Saturday, June 10, 2017

How do you move a 60 year old, 6 tonne concrete tank?

Recently, Gary and his 14 tonne excavator and bobcat turned up. We decided we'd have a try at moving the 6 tonne, 60 year old concrete tank - and after breaking several chains plus a lot of huffing, puffing and praying we managed to shove it 3 metres to the south by basically lifting one side at a time and walking it along. That means that only a third of it will now sit inside the future walled garden.

When Gary left, the place looked the Somme in WW1. So Nette and spent the next week raking, levelling and landscaping. Lots still to do, but the groundwork (!) is mostly done.

We also waterproofed a second old concrete tank (the twin of the one we moved) ready to be connected to the new shed. Our plumber, Phil, reckons we should stop collecting tanks now as we have enough in his humble opinion. He may be right - we have one 110,000 litre (full), and three 22,000 litre tanks (one is full and 2 have only just been connected).

And what a big difference it made getting the front doors on  the shed! Many thanks to local company John Atterbury Doors.   From the outside the shed almost looks finished now. Just gutters and some odd bits of flashing to go.  Inside is a different story.  The ceiling battens are up - which was a job and a half - ready for the ceiling, but that's about it.  Good thing we're not in a hurry eh?
Almost art - ceiling battens

Sunday, April 30, 2017

You have to love a scaffold

Perhaps I'm exaggerating.  But one of the best things we have purchased is our own scaffold.  I don't have the scientific proof - but I reckon it's 500% safer than a ladder and 900% more fun!

Ours is a budget number from Synergy Scaffolding and it is absolutely brilliant.  Imagine being able to stand on a flat, level, stable surface 3.5 metres up.  Can't picture it?  Buy a scaffold :)

Mind you, sometimes you need to be a bit creative and resourceful when you're setting it up.

Wednesday, April 12, 2017


I have to say – we do like a white picket fence. Our son-in-law, Simon (yes, that is a familiar name) pitched in and put this together for us. It would look a lot better without the jumble of bricks and building materials around it, but we’re working on that.  

I think one of the “secrets” to a good picket fence is getting the spacing right, which is a real challenge when the width of the (el cheapo) palings varies by up to 12mm. The winning strategy seems to be to mark where the left hand side of each paling should theoretically go on the top rail and then fudging it a bit depending on the individual paling’s width.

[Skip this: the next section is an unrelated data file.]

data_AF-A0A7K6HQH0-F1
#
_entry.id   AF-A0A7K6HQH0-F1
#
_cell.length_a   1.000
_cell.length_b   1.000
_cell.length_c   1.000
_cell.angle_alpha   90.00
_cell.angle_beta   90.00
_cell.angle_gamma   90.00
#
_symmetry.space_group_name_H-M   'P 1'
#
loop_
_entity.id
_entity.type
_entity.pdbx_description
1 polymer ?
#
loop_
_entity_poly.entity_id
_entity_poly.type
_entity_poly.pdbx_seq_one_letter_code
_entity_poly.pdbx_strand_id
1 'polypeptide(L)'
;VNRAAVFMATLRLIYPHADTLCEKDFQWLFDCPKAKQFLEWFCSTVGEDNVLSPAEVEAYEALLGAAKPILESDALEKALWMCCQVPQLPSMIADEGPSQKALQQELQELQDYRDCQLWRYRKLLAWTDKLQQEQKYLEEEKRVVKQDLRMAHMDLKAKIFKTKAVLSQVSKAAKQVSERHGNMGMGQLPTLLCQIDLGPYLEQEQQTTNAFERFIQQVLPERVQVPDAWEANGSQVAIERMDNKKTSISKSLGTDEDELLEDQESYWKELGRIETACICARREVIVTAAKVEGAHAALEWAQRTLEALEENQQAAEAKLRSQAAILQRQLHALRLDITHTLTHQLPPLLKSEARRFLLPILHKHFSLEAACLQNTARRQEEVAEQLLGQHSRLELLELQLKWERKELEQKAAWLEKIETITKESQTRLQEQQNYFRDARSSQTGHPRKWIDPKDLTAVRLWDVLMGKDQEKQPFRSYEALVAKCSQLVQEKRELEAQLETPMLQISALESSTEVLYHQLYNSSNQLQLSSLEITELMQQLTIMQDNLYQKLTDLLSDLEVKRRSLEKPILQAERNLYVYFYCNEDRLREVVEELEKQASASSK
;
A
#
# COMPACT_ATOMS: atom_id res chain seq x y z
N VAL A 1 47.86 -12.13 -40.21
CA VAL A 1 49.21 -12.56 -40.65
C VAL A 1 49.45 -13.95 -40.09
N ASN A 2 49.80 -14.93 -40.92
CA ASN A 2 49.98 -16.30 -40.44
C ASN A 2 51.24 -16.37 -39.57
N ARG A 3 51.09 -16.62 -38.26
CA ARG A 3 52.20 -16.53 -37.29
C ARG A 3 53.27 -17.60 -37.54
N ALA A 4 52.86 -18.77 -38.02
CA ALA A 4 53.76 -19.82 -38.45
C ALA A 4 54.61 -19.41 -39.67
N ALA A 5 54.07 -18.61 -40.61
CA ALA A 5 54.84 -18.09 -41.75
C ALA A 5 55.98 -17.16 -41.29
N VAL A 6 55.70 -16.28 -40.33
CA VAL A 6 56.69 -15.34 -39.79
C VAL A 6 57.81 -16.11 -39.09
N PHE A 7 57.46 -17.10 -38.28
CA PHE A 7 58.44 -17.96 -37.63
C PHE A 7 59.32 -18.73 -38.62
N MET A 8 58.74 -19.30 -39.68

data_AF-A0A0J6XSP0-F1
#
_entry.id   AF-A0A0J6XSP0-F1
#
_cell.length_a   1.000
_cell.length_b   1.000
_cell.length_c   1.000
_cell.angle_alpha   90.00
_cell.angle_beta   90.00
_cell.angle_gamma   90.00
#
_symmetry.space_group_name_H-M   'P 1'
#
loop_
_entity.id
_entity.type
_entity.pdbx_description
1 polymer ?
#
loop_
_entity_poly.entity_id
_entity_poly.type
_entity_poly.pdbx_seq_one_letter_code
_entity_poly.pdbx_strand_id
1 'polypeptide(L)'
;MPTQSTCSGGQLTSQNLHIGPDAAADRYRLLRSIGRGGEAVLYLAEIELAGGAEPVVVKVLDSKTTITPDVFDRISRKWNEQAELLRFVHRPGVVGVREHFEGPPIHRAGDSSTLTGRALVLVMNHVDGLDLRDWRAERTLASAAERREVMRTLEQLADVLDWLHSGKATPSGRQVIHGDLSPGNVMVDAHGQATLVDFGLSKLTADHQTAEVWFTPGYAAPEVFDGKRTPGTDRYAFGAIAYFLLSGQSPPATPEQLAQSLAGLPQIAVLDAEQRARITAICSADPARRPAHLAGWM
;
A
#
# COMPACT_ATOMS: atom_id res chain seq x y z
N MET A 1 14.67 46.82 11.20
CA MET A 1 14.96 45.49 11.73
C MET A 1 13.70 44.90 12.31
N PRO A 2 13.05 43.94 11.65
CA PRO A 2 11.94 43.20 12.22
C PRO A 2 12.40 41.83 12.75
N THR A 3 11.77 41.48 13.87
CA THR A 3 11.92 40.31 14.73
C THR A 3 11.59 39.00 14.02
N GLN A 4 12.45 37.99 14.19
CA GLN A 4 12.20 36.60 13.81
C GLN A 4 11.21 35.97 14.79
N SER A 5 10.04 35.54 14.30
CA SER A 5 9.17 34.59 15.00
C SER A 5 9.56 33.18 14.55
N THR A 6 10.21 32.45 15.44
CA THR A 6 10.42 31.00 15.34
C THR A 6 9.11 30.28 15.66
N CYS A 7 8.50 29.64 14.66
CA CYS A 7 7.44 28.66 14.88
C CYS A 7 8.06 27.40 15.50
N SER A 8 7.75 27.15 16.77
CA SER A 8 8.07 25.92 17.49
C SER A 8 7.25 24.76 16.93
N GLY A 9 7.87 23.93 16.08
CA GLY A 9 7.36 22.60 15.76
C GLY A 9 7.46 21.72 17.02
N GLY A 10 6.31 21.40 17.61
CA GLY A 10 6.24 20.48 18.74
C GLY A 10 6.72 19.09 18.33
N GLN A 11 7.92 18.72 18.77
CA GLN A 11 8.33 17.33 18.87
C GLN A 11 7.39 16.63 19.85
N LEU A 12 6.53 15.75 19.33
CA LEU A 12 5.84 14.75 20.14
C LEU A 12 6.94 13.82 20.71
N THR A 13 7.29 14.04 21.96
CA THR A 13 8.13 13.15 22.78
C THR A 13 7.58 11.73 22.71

From experience we’ve learnt that you can’t just use a spacer stick between them like BH&G suggest. That would work if the palings were all exactly the same width. Either way, when you get to the last 4 or 5 you need to make some adjustments or the last gap will look totally wrong.

Tuesday, September 20, 2016


It was with great excitement that we took delivery of our shed frame the other week.   Manufactured by The Steel Framing Company (TSFC), owned by Will and Sarah.  It is a work of art. 

TSFC had thought of everything; Kevlar gloves, brilliantly labelled plans, drill bits and even the exact number of bolts (100 in case you were wondering) to tie it all to the slab.  On top of that we were invited to call Will on his mobile anytime if we needed a hand. Which we did - in fact the day we didn't call, Will called us to see how things were going.  Will and Sarah even helped us stand some of the frames up when they dropped by a couple of days later to check on progress.  Now that's customer service.

As Will pointed out, it's not really a shed, but a class 1A dwelling (ie a house) with no internal walls. Hence the unshed-like diagonal braces and verandas. 

The completed frame
With all the extra steel the heaviest panel was 88 kilos and 4.5m high - which was a challenge for Nette and I. But we pulled it off by gradually lifting it onto progressively higher rungs of the scaffold.  We met our match though when it came to the trusses.  Spanning over 8m they were too long and the walls too high for us to safely manage. 

It took us over a week to get all the framing done, including a day with a local builder and roof plumber to get the trusses up.  But it looks brilliant.  So much so it will be a shame to hide all that precision steel engineering behind colourbond.

BTW - My comments about TSFC are totally unsolicited, my enthusiasm is simply related to their incredibly great product and brilliant service.

Tuesday, July 12, 2016

Stair challenge

stair plan
The stairs have presented a few challenges along the way, the final one being how to make the awkward bit, near "X" on the plan, safe. 
The rules are pretty clear; any spot with a drop of 1 metre or more requires a rail.  We didn't have a problem with that - but we wanted the space for displaying space of our junk and a rail like the others wouldn't lend itself to that.
Hand rail is 100yr old pine and
balusters are copper plumbing pipe.